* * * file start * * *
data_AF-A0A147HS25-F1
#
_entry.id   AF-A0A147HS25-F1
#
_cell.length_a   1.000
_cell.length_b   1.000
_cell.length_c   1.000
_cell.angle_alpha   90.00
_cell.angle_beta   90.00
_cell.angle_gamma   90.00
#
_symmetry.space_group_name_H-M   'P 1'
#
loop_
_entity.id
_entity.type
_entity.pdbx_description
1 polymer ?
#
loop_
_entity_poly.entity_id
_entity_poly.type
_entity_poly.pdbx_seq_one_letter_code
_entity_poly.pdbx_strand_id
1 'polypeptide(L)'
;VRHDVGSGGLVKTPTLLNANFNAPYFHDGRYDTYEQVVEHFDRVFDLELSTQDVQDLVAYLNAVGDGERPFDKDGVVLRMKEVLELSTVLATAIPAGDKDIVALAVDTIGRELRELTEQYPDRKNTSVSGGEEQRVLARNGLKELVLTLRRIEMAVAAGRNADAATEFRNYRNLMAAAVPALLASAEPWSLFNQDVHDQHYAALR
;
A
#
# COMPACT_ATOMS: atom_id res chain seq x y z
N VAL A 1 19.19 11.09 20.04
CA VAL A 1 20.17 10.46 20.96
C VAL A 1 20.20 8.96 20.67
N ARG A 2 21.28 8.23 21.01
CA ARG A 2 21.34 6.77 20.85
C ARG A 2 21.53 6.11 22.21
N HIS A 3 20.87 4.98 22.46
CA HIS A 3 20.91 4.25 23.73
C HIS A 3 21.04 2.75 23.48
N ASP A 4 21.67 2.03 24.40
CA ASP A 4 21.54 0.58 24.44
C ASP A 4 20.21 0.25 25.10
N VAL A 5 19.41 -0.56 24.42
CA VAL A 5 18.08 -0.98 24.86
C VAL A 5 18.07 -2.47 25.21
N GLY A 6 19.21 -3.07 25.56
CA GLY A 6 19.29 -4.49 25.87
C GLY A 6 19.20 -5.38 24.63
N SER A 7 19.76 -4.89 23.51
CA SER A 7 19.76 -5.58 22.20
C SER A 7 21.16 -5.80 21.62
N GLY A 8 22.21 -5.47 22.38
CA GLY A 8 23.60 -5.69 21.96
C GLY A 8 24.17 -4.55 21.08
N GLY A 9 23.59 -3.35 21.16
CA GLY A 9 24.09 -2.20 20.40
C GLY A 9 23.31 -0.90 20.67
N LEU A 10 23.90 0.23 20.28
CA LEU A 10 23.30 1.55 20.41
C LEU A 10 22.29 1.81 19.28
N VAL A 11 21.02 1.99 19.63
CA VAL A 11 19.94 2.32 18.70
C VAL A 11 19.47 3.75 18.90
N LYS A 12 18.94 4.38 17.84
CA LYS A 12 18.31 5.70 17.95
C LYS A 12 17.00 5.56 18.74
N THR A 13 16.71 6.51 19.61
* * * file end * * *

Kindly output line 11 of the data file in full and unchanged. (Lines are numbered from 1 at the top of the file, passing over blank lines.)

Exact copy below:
#